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What have you gained by using Heisig RTK1?

Have a textbook or grammar book that you find particularly helpful? What about a learning tip to share with others?

Re: What have you gained by using Heisig RTK1?

Postby gilozoaire » Tue 01.06.2009 8:09 pm

Thanks, I feel less ignorant now ;)
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Re: What have you gained by using Heisig RTK1?

Postby Dustin » Fri 01.09.2009 3:54 am

I guess I will add my opinion in here.

I am close to 3/4 done RTK1 so far, and what I have gained from the program, is a better understanding of the kanji as a whole and being able to break them down into recognizeable pieces. This allows me much better knowledge of the Kanji, and rather than recognizing on an ime, or simply reading ( which can be prone to error with similar kanji ) in a book, I have a much easier time distinguishing a new kanji from ones i know, as well as the similar kanji apart.

I immediately see a new kanji and start breaking it down into pieces now as well, I have much better knowledge of proper stroke order, and can skim japanese text, and see a compound I have never studied and guess that it matches some of the vocab I have learnt already, and usually be right.

This makes lookup a lot easier as well since I know the stroke counts and a proper order to count them now rather than looking at a 20 stroke kanji and getting lost halfway through.

2 months of study that I hope will be worth it :D
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Re: What have you gained by using Heisig RTK1?

Postby nukemarine » Fri 01.09.2009 6:57 am

Dustin, there are three men on my ship that I've also introduced to Heisig. Like you, they already know Japanese very well as a spoken language. I hope they get as much out of it as you have thus far.

Out of interest, any plans for formal study on the reading or vocabulary post-Heisig? The site iKnow has a "kanji focus" selection for it's vocabulary list which concentrates only on those words made of kanji. I don't know how it plays out for learning (I'm of the need vocabulary and kanji readings), but it may be of interest.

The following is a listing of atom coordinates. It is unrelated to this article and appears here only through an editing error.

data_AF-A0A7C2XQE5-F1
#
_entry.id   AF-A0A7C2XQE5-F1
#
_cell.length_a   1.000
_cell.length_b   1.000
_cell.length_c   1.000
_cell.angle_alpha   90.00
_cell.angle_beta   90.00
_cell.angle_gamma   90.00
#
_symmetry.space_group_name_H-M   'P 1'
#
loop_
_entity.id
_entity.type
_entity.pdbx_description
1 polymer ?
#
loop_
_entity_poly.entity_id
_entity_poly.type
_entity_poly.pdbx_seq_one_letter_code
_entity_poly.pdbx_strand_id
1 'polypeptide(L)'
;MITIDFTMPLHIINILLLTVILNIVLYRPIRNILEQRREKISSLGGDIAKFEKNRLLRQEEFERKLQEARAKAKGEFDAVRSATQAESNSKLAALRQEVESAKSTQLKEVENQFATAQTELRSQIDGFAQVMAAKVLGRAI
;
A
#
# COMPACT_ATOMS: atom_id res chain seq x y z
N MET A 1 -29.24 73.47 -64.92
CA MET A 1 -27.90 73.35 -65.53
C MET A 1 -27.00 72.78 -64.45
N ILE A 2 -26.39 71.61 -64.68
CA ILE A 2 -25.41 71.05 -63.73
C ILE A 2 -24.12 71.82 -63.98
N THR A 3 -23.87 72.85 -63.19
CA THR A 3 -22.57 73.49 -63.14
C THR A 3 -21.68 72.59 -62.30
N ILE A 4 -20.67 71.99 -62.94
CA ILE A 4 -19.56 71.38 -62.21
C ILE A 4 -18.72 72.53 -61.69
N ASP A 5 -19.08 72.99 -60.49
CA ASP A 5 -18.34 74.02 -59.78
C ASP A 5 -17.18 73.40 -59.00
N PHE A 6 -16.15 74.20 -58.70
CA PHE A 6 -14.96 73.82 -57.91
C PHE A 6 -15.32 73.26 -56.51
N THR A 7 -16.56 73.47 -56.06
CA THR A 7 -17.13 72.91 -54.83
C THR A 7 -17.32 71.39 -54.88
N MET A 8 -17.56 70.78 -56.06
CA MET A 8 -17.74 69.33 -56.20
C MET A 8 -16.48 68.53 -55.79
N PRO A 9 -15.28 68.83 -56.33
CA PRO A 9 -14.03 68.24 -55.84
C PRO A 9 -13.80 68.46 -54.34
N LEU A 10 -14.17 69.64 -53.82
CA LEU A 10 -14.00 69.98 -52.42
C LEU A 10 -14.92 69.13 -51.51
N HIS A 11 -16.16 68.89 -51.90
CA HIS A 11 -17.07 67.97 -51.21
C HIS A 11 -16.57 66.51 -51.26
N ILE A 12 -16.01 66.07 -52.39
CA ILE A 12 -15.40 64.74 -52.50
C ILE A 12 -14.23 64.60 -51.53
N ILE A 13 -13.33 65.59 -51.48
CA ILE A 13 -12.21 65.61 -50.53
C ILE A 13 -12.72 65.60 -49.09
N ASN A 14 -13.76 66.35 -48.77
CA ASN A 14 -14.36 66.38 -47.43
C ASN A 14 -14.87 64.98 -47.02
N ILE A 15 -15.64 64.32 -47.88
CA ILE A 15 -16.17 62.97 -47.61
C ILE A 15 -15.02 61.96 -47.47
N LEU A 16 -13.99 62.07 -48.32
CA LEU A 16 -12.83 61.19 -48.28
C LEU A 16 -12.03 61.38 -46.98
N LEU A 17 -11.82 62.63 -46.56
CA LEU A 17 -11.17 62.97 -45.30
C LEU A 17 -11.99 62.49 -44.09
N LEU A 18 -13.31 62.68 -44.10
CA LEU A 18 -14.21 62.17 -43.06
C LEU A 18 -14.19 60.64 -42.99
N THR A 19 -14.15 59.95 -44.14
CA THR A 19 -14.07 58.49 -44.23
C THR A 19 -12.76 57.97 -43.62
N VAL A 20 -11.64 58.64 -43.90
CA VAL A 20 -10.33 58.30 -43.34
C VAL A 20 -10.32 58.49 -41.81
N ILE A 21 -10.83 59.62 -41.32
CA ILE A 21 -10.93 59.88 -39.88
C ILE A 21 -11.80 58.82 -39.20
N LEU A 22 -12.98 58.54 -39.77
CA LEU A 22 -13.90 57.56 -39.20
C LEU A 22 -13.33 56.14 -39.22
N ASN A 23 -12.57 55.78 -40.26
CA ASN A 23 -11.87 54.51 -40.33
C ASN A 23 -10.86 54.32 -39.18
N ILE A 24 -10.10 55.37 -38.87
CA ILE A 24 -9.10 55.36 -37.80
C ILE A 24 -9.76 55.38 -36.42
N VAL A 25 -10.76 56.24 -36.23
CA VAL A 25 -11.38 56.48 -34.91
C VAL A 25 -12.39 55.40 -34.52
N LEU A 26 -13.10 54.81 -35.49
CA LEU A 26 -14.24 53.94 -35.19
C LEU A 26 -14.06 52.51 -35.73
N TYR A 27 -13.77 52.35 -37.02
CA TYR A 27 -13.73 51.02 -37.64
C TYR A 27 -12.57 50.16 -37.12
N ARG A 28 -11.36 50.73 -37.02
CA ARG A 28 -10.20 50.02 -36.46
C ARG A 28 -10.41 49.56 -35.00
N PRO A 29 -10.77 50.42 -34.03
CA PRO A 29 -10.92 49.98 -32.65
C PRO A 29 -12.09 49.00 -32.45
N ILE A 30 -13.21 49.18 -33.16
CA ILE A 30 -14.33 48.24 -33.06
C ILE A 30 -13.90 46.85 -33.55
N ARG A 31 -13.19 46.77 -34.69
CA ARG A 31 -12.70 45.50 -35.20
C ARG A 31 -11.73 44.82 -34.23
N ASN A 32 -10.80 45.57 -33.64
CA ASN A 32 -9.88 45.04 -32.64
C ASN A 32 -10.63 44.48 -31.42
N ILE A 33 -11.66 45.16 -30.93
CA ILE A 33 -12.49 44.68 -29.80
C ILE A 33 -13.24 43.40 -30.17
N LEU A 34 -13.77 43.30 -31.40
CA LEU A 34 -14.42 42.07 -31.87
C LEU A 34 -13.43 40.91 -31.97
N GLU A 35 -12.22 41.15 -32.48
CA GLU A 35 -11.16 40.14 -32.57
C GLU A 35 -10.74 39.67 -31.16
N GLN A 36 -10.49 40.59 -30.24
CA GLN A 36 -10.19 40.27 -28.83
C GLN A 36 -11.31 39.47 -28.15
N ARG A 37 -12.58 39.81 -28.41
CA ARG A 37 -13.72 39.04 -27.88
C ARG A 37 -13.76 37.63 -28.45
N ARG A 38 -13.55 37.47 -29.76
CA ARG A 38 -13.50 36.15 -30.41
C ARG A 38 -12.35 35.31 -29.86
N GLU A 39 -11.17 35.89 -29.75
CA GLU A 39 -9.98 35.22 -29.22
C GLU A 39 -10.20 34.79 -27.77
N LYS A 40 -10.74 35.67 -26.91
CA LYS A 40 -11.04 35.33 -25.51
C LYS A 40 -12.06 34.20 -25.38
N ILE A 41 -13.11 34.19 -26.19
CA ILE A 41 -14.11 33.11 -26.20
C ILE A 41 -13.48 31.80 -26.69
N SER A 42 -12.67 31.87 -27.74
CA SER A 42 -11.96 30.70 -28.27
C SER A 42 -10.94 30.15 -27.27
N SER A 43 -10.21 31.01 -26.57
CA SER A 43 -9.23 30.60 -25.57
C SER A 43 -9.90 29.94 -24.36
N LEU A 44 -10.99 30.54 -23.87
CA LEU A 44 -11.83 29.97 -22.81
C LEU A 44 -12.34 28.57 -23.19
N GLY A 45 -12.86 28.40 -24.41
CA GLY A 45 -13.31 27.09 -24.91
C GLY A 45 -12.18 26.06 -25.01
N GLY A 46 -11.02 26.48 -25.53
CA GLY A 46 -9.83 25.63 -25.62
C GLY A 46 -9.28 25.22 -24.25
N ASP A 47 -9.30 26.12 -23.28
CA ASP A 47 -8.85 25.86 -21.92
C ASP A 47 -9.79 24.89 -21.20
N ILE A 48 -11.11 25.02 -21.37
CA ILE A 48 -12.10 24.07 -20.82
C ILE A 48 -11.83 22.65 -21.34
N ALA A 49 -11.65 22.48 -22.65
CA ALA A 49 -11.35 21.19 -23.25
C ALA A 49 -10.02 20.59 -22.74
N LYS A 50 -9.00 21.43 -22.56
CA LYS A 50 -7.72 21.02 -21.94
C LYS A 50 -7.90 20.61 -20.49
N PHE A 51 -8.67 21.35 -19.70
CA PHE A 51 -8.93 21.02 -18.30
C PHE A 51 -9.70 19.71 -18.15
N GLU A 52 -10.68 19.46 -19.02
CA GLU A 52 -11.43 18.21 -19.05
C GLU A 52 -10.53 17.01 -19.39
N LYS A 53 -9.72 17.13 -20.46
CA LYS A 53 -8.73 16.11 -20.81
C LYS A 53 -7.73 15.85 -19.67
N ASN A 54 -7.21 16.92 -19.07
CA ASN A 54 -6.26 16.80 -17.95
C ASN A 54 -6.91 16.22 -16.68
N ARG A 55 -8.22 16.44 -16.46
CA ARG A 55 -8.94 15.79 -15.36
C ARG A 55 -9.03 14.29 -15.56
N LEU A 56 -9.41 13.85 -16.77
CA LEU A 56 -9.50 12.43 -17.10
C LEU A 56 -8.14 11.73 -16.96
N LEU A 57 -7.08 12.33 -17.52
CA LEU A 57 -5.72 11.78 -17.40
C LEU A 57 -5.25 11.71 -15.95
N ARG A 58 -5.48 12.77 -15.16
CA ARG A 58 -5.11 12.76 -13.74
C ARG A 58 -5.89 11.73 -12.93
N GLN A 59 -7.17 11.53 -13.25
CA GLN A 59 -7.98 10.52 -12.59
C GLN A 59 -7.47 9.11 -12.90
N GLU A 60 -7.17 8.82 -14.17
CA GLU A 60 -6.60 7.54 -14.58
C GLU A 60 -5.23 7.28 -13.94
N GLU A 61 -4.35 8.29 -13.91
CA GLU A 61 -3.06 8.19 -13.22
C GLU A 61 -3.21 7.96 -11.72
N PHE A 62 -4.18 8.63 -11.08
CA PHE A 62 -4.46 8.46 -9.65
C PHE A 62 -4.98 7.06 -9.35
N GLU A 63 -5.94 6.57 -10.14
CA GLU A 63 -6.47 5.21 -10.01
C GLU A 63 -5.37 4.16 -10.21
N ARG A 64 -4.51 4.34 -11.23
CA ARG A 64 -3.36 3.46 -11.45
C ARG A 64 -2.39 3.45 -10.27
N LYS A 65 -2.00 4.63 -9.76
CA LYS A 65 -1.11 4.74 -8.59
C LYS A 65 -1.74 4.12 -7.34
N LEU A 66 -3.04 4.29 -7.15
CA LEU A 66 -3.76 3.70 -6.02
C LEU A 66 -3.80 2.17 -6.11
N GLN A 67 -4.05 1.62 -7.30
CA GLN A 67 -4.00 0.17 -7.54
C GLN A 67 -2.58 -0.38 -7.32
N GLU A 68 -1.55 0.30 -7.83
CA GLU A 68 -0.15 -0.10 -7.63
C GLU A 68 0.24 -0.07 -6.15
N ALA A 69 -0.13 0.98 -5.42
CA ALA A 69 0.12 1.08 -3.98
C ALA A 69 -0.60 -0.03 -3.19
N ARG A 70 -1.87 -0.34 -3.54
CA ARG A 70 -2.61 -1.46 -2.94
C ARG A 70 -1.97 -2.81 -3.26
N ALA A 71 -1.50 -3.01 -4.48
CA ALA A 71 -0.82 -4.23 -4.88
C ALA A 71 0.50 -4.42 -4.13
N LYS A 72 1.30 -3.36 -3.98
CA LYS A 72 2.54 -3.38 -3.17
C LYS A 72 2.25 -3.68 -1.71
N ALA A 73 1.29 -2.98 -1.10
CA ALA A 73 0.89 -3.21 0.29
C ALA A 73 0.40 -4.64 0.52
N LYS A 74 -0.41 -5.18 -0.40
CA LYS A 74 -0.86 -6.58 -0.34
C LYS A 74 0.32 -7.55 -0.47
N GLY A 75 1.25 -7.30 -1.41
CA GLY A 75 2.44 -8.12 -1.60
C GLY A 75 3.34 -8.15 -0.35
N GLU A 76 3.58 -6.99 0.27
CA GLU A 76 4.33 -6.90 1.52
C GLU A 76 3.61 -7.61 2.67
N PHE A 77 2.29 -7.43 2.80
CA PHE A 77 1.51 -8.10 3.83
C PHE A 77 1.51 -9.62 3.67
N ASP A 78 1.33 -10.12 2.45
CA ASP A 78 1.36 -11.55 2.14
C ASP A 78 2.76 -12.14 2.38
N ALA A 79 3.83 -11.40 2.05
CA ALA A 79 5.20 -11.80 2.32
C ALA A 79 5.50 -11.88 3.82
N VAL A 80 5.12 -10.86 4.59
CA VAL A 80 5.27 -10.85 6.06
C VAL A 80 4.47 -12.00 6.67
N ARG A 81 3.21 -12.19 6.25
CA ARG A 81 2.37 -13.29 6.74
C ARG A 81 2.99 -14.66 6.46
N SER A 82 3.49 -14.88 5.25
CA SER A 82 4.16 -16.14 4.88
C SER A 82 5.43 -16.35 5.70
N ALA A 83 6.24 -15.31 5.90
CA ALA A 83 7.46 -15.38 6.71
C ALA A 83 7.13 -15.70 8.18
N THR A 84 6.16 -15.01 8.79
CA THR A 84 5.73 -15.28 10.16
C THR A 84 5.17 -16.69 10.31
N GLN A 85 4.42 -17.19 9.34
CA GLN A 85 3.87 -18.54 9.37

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Re: What have you gained by using Heisig RTK1?

Postby Dustin » Fri 01.09.2009 4:11 pm

nukemarine wrote:Dustin, there are three men on my ship that I've also introduced to Heisig. Like you, they already know Japanese very well as a spoken language. I hope they get as much out of it as you have thus far.

Out of interest, any plans for formal study on the reading or vocabulary post-Heisig? The site iKnow has a "kanji focus" selection for it's vocabulary list which concentrates only on those words made of kanji. I don't know how it plays out for learning (I'm of the need vocabulary and kanji readings), but it may be of interest.


I definitely am going to be doing some study for vocabulary, which in turn will educate me on the readings that I need to know. Personally I think it is a waste to learn readings by themselves, and I would much rather learn vocab for the kanji i know.

I will give iknow a try after rtk, see how I like it, I also will finish my Japanese for Everyone, and my Intermediate Japanese text, delving into most likely native materials after that.

It looks like iknow will be great for initially learning quite a bit of vocab ( between the core 2000 and core 6000 i believe there are 200 pieces per module and 20 total modules total ) and being able to throw these 4000 vocab into anki or another SRS after inkow will probably give a great base in vocab for the language. ( I have all of the sentences from iknow extracted with audio if anyone is interested )

Hope that was all you wanted to know, otherwise, just ask :D